The Great God Pan

4 out of 5 stars
 (Photograph: Michael Brosilow)
Photograph: Michael BrosilowThe Great God Pan at Next Theatre Company
 (Photograph: Michael Brosilow)
Photograph: Michael BrosilowBrett Schneider in The Great God Pan at Next Theatre Company
 (Photograph: Michael Brosilow)
Photograph: Michael BrosilowBrett Schneider and Kristina Valada-Viars in The Great God Pan at Next Theatre Company
 (Photograph: Michael Brosilow)
Photograph: Michael BrosilowJames Leaming and Brett Schneider in The Great God Pan at Next Theatre Company
 (Photograph: Michael Brosilow)
Photograph: Michael BrosilowBrett Schneider and Jan Radcliff in The Great God Pan at Next Theatre Company

Next Theatre Company. By Amy Herzog. Directed by Kimberly Senior. With ensemble cast. 1hr 15mins; no intermission.

Theater review by Kris Vire

Our memories of distant events can be fuzzy, faulty or embellished, but the way we remember them shapes us regardless. But we can never really know what we don't remember—can that affect us in its own way? That's the fascinating question at the heart of this tightly coiled 2012 one-act by Amy Herzog (Belleville, 4000 Miles).

Jamie (Brett Schneider) is 32 years old and treading water: His career as a journalist is floundering, and his six-year relationship with his girlfriend Paige (Kristina Valada-Viars) is stuck in stasis. As the play opens, he's mid–awkward conversation with Frank (Matt Hawkins), a childhood acquaintance; the two once shared a regular babysitter, but they haven't seen each other for 25 years. Frank tells Jamie that he's filing criminal charges against his own father for episodes of sexual abuse that Frank has only recently come to remember, but which his father owns up to.

Jamie is sympathetic, but still confused as to why Frank reached out to confide in him. The answer is unsettling: Frank suspects his father abused Jamie as well. The latter answers with apparent honesty that he has no memory of such a thing—but then, Jamie habitually mentions that he has a terrible memory. With the suggestion planted that something awful could have happened to him as a young child, Jamie is forced to reckon with the possibility that his poor memory, and his general tendency to close himself off emotionally from even those closest to him, could be responses to a trauma he's wiped from his mind.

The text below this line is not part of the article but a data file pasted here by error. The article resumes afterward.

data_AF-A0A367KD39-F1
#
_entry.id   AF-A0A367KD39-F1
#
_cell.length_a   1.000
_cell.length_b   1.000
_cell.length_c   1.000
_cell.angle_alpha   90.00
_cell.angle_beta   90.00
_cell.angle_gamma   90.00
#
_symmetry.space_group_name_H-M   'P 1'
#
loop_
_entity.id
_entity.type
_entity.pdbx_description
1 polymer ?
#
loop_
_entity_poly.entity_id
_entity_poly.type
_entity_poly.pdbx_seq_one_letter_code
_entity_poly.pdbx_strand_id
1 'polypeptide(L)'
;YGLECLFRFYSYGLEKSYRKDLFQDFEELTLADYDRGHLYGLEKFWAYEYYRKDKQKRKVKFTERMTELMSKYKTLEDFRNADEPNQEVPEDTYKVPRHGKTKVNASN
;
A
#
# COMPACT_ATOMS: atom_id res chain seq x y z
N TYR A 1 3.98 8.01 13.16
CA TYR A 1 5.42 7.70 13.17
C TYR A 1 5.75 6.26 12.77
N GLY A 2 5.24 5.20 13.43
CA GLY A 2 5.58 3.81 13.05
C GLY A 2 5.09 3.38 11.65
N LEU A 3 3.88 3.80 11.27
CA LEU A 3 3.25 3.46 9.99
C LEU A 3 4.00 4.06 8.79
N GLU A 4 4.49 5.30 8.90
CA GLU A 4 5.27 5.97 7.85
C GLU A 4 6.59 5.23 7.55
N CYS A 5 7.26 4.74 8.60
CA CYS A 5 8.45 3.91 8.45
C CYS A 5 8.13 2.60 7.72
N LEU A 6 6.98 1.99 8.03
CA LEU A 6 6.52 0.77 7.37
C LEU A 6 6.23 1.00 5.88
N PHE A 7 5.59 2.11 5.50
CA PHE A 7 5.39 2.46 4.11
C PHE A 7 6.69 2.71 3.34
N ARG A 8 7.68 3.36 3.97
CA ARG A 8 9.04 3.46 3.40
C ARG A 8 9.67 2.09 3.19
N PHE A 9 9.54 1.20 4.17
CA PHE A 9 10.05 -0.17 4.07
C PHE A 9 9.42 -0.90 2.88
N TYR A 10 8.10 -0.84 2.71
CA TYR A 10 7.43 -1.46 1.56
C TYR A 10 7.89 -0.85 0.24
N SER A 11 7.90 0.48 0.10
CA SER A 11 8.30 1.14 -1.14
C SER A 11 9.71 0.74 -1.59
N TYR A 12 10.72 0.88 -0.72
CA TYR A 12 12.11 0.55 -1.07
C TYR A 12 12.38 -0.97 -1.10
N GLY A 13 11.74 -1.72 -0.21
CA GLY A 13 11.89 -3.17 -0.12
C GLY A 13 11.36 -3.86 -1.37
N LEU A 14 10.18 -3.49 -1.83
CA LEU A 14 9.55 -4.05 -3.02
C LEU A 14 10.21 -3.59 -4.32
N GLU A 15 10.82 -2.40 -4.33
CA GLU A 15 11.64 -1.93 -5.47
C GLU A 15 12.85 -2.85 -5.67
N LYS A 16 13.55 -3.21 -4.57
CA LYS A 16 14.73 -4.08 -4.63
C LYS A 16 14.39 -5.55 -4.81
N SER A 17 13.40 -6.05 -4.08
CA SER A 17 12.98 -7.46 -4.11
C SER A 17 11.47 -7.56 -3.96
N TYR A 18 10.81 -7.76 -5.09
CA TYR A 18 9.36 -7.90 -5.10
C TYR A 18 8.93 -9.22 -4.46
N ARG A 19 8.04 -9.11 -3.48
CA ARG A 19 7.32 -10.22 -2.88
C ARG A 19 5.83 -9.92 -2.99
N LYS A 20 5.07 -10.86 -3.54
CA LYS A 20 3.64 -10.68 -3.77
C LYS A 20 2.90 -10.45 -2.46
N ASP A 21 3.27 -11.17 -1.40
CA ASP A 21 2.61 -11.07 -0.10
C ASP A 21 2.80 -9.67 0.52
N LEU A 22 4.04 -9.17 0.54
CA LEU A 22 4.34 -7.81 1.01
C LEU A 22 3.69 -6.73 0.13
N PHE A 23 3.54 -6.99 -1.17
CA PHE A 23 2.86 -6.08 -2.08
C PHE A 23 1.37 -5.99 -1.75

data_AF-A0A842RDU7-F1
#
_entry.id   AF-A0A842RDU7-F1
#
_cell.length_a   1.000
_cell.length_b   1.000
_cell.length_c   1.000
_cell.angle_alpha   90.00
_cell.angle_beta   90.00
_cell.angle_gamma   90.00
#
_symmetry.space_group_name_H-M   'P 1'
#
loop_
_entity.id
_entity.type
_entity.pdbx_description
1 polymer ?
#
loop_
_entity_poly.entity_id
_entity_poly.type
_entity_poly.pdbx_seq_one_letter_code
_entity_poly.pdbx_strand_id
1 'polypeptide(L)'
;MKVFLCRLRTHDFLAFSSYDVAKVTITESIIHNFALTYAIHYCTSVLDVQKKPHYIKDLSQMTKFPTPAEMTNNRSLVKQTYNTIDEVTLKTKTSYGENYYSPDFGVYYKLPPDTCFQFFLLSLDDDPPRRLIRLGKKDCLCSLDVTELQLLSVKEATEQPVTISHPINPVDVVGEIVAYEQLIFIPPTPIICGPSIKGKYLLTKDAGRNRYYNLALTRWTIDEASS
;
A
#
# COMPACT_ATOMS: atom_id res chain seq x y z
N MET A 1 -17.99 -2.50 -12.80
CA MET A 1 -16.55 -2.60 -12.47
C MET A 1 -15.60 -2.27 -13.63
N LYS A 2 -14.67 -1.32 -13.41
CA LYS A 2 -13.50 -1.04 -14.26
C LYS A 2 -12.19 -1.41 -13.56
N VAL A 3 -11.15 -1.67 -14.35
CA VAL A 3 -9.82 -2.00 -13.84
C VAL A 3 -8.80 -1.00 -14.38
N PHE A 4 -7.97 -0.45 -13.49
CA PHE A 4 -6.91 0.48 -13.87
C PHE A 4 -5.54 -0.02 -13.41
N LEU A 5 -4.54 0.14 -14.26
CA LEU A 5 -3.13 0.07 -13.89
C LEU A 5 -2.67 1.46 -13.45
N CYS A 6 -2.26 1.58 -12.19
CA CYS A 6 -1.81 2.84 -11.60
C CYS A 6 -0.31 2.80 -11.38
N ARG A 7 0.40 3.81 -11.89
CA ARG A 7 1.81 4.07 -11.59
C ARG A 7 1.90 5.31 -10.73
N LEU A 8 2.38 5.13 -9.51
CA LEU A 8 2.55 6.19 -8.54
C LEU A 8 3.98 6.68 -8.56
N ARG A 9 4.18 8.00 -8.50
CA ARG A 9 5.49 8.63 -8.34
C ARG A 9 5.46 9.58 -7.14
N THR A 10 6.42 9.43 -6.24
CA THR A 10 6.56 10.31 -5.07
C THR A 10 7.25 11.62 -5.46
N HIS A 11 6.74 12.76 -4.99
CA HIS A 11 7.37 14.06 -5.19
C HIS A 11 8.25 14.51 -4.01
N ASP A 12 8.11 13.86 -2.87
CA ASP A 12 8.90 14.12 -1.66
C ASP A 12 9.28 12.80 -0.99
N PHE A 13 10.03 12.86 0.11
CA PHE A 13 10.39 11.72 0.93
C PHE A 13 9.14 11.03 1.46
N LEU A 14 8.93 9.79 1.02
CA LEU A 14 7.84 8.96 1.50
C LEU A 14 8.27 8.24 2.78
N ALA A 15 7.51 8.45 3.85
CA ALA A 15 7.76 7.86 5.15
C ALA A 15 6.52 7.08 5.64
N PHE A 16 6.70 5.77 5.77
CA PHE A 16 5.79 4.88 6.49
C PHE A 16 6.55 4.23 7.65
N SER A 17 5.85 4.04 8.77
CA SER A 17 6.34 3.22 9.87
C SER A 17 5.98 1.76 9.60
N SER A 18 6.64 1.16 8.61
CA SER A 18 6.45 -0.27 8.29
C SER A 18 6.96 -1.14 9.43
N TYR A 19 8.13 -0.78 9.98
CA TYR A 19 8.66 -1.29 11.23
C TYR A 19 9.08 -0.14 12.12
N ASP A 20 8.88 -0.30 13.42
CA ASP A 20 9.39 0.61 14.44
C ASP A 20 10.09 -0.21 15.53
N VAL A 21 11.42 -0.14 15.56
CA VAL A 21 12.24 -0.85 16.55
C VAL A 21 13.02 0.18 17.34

Herzog's slim narrative hews closely to Jamie's reluctant act of self-examination, which puts strain on a pivotal point in his relationship with Paige; Jamie also consults his mother (Jan Radcliff), who seems oddly insensitive to Frank's revelation, and his father (James Leaming), who's rattled by what it shakes loose from his own memory. Schneider, who's excelled in a number of supporting and ensemble roles around town in recent years, steps confidently into the lead, skillfully conveying Jamie's defensive panic as a crafter of other people's narratives who suddenly can't trust his own.

Schneider's supported by a choice ensemble, with particularly finely-tuned work from Valada-Viars and Hawkins. Director Kimberly Senior and scenic designer Courtney O'Neill execute a cleverly resonant concept for Next's staging, enclosing the entire action within the coffee house where Jamie meets with Frank at the top of the play; Heather Gilbert's nimble lighting design establishes shifts of location, while cast members not in the current scene remain onstage as patrons, ready to enter Jamie's thoughts at any moment. It's an astute evocation of the elusive, intrusive fluidity of memory.


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